The Hunger Games by Suzanne Collins (Ch. 1 – 2)

Apparently, I am very late to the ballgame. I didn’t know that Suzanne Collins released a new Hunger Games novel until yesterday. Yesterday! It’s been out for months! It must have gotten lost in the COVID-19 panic for me, but, thankfully, I now know and can remedy the fact that I haven’t yet read A Ballad of Songbirds and Snakes.

But of course I can’t just pick up the book and read it! I want to consume it. I want to overanalyze every little detail until I can’t anymore. In order to do that, I have to do the unthinkable and reread the entire series start to finish. Trust me, this is my process. I mean, how can I possibly compare A Ballad of Songbirds and Snakes to Collin’s original series if I only have a faint recollection of them? Even if by faint recollection I do mean I reread them every year, it’s definitely time to reread them again. 

And so that’s what I’m doing, starting today. Of course, I did already rewatch the first movie as soon as I heard the news. I wasn’t really in the mood for reading at that moment so I figured I’d watch the movie. To be honest, it was nowhere near as good as I remember it being. Even without having reread the series in a while, there’s so many little details that they got wrong that bother me. The big one is probably the fact that the way Katniss got her mockingbird badge was all wrong. Why did they do us dirty like that?

Not that it’s not a great movie, It is. It’s just not as great as I remember it being when they first released it. No big deal. 

Back of the Book (

In the ruins of a place once known as North America lies the nation of Panem, a shining Capitol surrounded by twelve outlying districts. The Capitol keeps the districts in line by forcing them all to send one boy and one girl between the ages of twelve and eighteen to participate in the annual Hunger Games, a fight to the death on live TV.

Sixteen-year-old Katniss Everdeen regards it as a death sentence when she steps forward to take her sister’s place in the Games. But Katniss has been close to death before-and survival, for her, is second nature. Still, if she is to win, she will have to start making choices that weigh survival against humanity and life against love.

DISCLAIMER: My analysis of this book will be chapter by chapter. I will assume you’ve read the entire series in them. There will be MANY spoilers.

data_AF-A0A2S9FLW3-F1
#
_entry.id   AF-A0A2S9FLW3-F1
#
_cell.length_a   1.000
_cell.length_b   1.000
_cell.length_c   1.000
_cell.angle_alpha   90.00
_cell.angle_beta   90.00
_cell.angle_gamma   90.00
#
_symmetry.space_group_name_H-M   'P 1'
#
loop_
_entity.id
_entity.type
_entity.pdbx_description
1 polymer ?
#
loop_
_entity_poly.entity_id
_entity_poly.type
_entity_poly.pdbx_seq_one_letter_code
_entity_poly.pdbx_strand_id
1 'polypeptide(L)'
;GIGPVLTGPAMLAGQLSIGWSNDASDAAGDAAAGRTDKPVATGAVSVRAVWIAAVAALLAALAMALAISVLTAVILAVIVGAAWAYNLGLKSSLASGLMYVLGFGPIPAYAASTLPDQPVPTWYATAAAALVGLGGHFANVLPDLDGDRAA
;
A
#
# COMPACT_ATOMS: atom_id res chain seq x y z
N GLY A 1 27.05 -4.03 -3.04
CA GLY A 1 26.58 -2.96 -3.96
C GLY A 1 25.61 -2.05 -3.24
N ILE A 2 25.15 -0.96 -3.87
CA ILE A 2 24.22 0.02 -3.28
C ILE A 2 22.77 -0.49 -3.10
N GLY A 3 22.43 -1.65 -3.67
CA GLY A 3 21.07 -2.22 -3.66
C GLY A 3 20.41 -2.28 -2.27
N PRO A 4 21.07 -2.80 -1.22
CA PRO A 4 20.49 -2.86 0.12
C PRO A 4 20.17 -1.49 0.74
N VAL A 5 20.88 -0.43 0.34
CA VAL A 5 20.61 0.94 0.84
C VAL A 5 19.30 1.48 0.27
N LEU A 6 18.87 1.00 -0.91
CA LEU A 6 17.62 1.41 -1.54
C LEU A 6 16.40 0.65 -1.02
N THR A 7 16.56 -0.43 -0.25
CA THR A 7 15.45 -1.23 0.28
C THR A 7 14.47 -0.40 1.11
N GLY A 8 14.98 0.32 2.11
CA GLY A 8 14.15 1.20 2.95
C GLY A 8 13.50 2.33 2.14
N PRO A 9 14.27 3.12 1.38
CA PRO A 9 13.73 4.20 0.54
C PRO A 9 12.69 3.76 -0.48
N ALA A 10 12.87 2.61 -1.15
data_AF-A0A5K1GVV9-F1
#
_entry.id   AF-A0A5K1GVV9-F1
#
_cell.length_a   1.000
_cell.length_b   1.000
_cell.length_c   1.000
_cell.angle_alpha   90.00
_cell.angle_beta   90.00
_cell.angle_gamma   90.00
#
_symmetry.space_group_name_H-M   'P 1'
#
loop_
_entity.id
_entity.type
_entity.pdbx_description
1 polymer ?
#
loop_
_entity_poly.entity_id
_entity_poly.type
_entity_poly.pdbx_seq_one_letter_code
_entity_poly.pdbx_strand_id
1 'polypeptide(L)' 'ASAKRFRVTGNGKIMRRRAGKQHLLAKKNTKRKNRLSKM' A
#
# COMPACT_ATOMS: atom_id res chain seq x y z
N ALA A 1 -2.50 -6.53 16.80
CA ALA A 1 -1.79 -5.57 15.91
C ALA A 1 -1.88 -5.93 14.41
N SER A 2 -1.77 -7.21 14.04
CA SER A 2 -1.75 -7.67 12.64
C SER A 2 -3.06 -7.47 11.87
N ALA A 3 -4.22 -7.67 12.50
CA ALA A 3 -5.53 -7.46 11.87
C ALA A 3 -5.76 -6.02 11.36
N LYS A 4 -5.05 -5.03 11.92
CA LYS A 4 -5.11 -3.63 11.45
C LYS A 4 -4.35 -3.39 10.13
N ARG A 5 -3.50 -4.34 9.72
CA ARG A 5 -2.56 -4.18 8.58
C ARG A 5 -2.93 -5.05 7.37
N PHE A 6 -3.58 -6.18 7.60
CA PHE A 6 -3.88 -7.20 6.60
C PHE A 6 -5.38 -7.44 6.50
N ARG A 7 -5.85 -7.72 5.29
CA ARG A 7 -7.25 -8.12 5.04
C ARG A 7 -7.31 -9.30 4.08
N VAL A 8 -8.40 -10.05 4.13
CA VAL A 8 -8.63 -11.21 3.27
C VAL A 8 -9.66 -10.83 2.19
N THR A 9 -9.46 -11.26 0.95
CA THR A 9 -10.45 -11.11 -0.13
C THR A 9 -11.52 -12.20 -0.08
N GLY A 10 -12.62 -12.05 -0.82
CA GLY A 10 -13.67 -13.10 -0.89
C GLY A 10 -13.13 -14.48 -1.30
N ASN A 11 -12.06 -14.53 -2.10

Side note: if you haven’t read The Hunger Games yet, don’t continue reading. The rest of this is going to just assume everyone in the whole entire world has already read this amazing book. It is available for free right now if you have a Kindle Unlimited subscription (September 10th, 2020). Luckily, I own the book so even if it wasn’t, I’m all set.

Second side note: I’ll probably write about this book a couple of times because I will not finish it today. I’ll probably just go chapter by chapter like I did for Midnight Sun. I like to take certain books slow. I’m also reading another book right now that I have plenty of mixed feelings about – Evil Love by Ella Fields. I don’t know when I’ll manage to fully formulate my thoughts about that book or finish it, but maybe I’ll hit my stride soon with that book. Right now, it’s just not clicking for me. The reviews about it seem mainly positive though so I’m hoping it’ll click somewhere.

Chapter One Thoughts 

I was excited to start rereading The Hunger Games today. I have a bunch of books that give me a little shiver of excitement when I pick them up and this is no exception. I always look forward to revisiting Katniss. Her world is so dangerous and dreadful. It is also beautiful and interesting. It’s hard not to love every page of this book, even as you read about the monstrosities that occur within it. What they all do might be terrifying, but that’s part of the point.

And I always seem to forget how much I enjoy reading Collin’s writing. I love how descriptive she is. Her world-building is just stunning. Everything feels so vivid and real. I also love the fact that she writes in present tense. Where most authors write in past tense, she is almost always in the present moment. It makes me feel like even the author doesn’t know what is about to happen next. Everything is new and surprising, even if you’re reading the book for the hundredth time.

I also personally rather enjoy when authors use normal words that we use for slang. Having the part of the district where Katniss is named the ‘Seam’ is unusual in the regard that we don’t call neighborhoods that today, but it doesn’t feel so unusual as to not be real. Part of that is because ‘seam’ is a word. It’s not some random collection of letters that have no meaning to us. Another example of an author who does this is Scott Westerfield. His series The Uglies are absolutely jam-packed with our normal words being used as slang. It adds such a depth and ease of understanding to books that I don’t understand why more authors don’t use it. Minor details are what makes world building vibrant and interesting instead of boring.